“(A development moratorium) it is not the monster, the dinosaur, the evil thing that the town makes it out to be. This does not kill Hilton [Head], it protects Hilton Head,” Anthony said.

This story was originally published January 9, 2023 6:00 AM.

CHAMPIONSHIPS Pebble Beach Highlights 2023 USGA Championship Venues January 4, 2023 | Liberty Corner, N.J. By David Shefter, USGA

Some highly recognizable names and a few interesting newcomers highlight the venues hosting USGA championships in 2023. This year’s schedule features the western part of the country, with nine of the 15 championships to be contested in the Mountain or Pacific Time Zones, including the U.S. Open and U.S. Women’s Open Presented by ProMedica.Pebble Beach Finally Gets its U.S. Women’s OpenThat list begins with one of the world’s most iconic layouts: Pebble Beach. It has been coined the &ldquo...

Some highly recognizable names and a few interesting newcomers highlight the venues hosting USGA championships in 2023. This year’s schedule features the western part of the country, with nine of the 15 championships to be contested in the Mountain or Pacific Time Zones, including the U.S. Open and U.S. Women’s Open Presented by ProMedica.

Pebble Beach Finally Gets its U.S. Women’s Open

That list begins with one of the world’s most iconic layouts: Pebble Beach. It has been coined the “greatest meeting of land and sea,” and in July, the best female golfers on the planet will get the opportunity to showcase their talents on the Monterey Peninsula.

Pebble Beach, which hosted six memorable U.S. Open Championships starting with Jack Nicklaus’ triumph in 1972, is the site for the 78th U.S. Women’s Open Presented by ProMedica, from July 6-9. Only twice in its history has the USGA contested a women’s championship at Pebble Beach: the 1940 and 1948 U.S. Women’s Amateurs, won by Betty Jameson and Grace Lenczyk, respectively.

Since those two competitions, Pebble Beach has been the site of nine men’s USGA competitions: three U.S. Amateurs and the six U.S. Opens. Champions include Jack Nicklaus, Tom Watson, Tiger Woods and up-and-coming star Viktor Hovland. Few places can match its breathtaking views, especially the holes that hug the coastline.

Now the women get that stage.

“It’s my favorite place on earth,” said 2022 runner-up Mina Harigae, who grew up in the area and has played Pebble Beach at least 50 times.

U.S. Amateur Returns to Classic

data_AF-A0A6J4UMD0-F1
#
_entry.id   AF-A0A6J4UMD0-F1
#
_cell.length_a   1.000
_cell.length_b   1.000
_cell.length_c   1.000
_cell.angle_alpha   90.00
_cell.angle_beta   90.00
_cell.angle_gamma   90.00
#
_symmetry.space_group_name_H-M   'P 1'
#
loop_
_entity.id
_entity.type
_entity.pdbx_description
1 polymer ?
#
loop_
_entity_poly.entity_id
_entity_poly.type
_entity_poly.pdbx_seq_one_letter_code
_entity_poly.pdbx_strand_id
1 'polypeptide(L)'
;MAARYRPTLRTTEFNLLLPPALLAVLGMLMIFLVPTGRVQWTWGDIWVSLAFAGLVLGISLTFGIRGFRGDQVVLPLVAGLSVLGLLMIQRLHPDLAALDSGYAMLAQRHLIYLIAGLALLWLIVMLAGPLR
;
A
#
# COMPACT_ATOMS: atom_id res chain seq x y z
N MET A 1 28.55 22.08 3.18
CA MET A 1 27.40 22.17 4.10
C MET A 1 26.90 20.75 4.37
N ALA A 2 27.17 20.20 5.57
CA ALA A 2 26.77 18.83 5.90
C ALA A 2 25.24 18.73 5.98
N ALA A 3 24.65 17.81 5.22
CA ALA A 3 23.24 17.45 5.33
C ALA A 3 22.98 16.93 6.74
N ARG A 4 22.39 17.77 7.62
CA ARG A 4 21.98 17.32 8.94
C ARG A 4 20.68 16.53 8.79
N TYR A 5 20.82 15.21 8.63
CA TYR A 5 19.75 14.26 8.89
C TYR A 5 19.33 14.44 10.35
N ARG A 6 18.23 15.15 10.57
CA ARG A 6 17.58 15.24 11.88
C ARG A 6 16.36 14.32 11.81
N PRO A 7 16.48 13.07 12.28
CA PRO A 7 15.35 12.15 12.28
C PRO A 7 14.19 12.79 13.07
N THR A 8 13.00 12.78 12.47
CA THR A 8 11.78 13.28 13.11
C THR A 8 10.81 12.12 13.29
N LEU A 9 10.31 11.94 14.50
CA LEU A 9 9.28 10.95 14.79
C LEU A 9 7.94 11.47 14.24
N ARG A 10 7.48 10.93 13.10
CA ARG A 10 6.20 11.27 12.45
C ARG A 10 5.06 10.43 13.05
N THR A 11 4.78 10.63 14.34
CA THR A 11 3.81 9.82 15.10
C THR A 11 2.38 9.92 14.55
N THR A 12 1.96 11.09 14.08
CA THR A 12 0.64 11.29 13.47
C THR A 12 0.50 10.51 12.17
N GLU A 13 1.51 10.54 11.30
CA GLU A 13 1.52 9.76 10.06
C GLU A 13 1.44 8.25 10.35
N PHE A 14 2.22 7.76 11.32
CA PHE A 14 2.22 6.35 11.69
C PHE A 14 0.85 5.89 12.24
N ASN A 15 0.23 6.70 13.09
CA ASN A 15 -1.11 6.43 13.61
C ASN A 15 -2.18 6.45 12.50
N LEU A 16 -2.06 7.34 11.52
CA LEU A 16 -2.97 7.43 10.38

Pebble Beach isn’t the only U.S. Open venue hosting a USGA championship in 2023. Cherry Hills Country Club just outside of Denver is the site of the 123rd U.S. Amateur. In 1960, Cherry Hills produced one of the more memorable U.S. Opens when Arnold Palmer rallied from a seven-stroke deficit, shooting a final-round 65 to claim his lone U.S. Open title, holding off four-time champion Ben Hogan and Nicklaus, the reigning U.S. Amateur champion. It remains the largest final-round comeback in U.S. Open history.

It was also where Birdie Kim holed out from a greenside bunker on the 72nd hole to win the 2005 U.S. Women’s Open over a pair of amateurs, Morgan Pressel and future U.S. Women’s Open champion Brittany Lang. And in 2012, Steven Fox emerged from a playoff to earn the No. 63 spot in the draw and defeated Michael Weaver in a dramatic 37-hole championship match.

2023 USGA Championship Venues

Los Angeles Back in the Spotlight

For the first time in 75 years, the U.S. Open is returning to Los Angeles as The Los Angeles Country Club hosts the 123rd iteration. In 1948, Hogan claimed the first of his four titles at The Riviera Country Club in neighboring Pacific Palisades. Both courses were designed by architect George C. Thomas, who also routed Bel-Air Country Club, which is the site for the 123rd U.S. Women’s Amateur in August.

LACC, which underwent a recent renovation by Gil Hanse, was the site for the 2017 Walker Cup Match. Multiple members of the victorious USA side are already exempt into this year’s U.S. Open, including two-time major champion Collin Morikawa, and 2022 U.S. Open runners-up, Scottie Scheffler and Will Zalatoris. Scheffler claimed his first major last April at the Masters.

First-Timers